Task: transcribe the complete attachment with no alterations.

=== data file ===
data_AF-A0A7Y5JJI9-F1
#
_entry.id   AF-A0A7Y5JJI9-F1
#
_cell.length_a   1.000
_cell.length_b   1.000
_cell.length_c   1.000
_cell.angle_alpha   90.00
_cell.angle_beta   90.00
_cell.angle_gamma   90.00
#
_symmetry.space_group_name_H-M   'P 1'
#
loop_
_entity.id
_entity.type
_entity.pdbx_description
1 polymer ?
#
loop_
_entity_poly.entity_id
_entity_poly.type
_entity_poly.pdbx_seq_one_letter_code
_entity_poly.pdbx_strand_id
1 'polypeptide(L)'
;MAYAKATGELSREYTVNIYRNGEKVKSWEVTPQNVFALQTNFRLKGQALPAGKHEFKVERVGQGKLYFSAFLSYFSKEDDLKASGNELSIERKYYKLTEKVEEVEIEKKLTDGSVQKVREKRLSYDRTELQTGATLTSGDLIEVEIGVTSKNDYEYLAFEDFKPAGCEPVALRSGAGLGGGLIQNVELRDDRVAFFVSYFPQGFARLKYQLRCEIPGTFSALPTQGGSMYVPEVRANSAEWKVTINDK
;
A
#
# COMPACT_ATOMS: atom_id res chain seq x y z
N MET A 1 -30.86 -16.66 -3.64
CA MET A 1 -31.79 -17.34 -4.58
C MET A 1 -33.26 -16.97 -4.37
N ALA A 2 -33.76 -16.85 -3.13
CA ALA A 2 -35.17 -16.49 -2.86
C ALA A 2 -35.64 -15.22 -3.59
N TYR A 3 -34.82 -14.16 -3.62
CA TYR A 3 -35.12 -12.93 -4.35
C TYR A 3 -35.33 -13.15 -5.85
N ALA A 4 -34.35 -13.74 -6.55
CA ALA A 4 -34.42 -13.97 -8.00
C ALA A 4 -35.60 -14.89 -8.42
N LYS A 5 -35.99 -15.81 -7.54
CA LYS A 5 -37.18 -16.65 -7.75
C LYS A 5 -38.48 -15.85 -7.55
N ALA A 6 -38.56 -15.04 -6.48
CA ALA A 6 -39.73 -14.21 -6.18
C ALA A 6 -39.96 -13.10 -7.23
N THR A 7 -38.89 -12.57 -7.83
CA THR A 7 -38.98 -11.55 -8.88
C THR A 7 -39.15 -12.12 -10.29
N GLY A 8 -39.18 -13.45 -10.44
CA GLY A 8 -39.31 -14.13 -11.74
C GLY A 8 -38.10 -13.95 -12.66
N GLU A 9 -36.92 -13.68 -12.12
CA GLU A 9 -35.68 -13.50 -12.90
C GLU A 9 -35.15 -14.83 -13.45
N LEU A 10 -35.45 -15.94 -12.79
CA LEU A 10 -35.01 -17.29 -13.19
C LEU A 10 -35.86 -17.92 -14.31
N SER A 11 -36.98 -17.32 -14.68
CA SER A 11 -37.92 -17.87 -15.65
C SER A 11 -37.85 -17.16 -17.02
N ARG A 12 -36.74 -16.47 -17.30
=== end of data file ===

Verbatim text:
data_AF-A0A7Y5JJI9-F1
#
_entry.id   AF-A0A7Y5JJI9-F1
#
_cell.length_a   1.000
_cell.length_b   1.000
_cell.length_c   1.000
_cell.angle_alpha   90.00
_cell.angle_beta   90.00
_cell.angle_gamma   90.00
#
_symmetry.space_group_name_H-M   'P 1'
#
loop_
_entity.id
_entity.type
_entity.pdbx_description
1 polymer ?
#
loop_
_entity_poly.entity_id
_entity_poly.type
_entity_poly.pdbx_seq_one_letter_code
_entity_poly.pdbx_strand_id
1 'polypeptide(L)'
;MAYAKATGELSREYTVNIYRNGEKVKSWEVTPQNVFALQTNFRLKGQALPAGKHEFKVERVGQGKLYFSAFLSYFSKEDDLKASGNELSIERKYYKLTEKVEEVEIEKKLTDGSVQKVREKRLSYDRTELQTGATLTSGDLIEVEIGVTSKNDYEYLAFEDFKPAGCEPVALRSGAGLGGGLIQNVELRDDRVAFFVSYFPQGFARLKYQLRCEIPGTFSALPTQGGSMYVPEVRANSAEWKVTINDK
;
A
#
# COMPACT_ATOMS: atom_id res chain seq x y z
N MET A 1 -30.86 -16.66 -3.64
CA MET A 1 -31.79 -17.34 -4.58
C MET A 1 -33.26 -16.97 -4.37
N ALA A 2 -33.76 -16.85 -3.13
CA ALA A 2 -35.17 -16.49 -2.86
C ALA A 2 -35.64 -15.22 -3.59
N TYR A 3 -34.82 -14.16 -3.62
CA TYR A 3 -35.12 -12.93 -4.35
C TYR A 3 -35.33 -13.15 -5.85
N ALA A 4 -34.35 -13.74 -6.55
CA ALA A 4 -34.42 -13.97 -8.00
C ALA A 4 -35.60 -14.89 -8.42
N LYS A 5 -35.99 -15.81 -7.54
CA LYS A 5 -37.18 -16.65 -7.75
C LYS A 5 -38.48 -15.85 -7.55
N ALA A 6 -38.56 -15.04 -6.48
CA ALA A 6 -39.73 -14.21 -6.18
C ALA A 6 -39.96 -13.10 -7.23
N THR A 7 -38.89 -12.57 -7.83
CA THR A 7 -38.98 -11.55 -8.88
C THR A 7 -39.15 -12.12 -10.29
N GLY A 8 -39.18 -13.45 -10.44
CA GLY A 8 -39.31 -14.13 -11.74
C GLY A 8 -38.10 -13.95 -12.66
N GLU A 9 -36.92 -13.68 -12.12
CA GLU A 9 -35.68 -13.50 -12.90
C GLU A 9 -35.15 -14.83 -13.45
N LEU A 10 -35.45 -15.94 -12.79
CA LEU A 10 -35.01 -17.29 -13.19
C LEU A 10 -35.86 -17.92 -14.31
N SER A 11 -36.98 -17.32 -14.68
CA SER A 11 -37.92 -17.87 -15.65
C SER A 11 -37.85 -17.16 -17.02
N ARG A 12 -36.74 -16.47 -17.30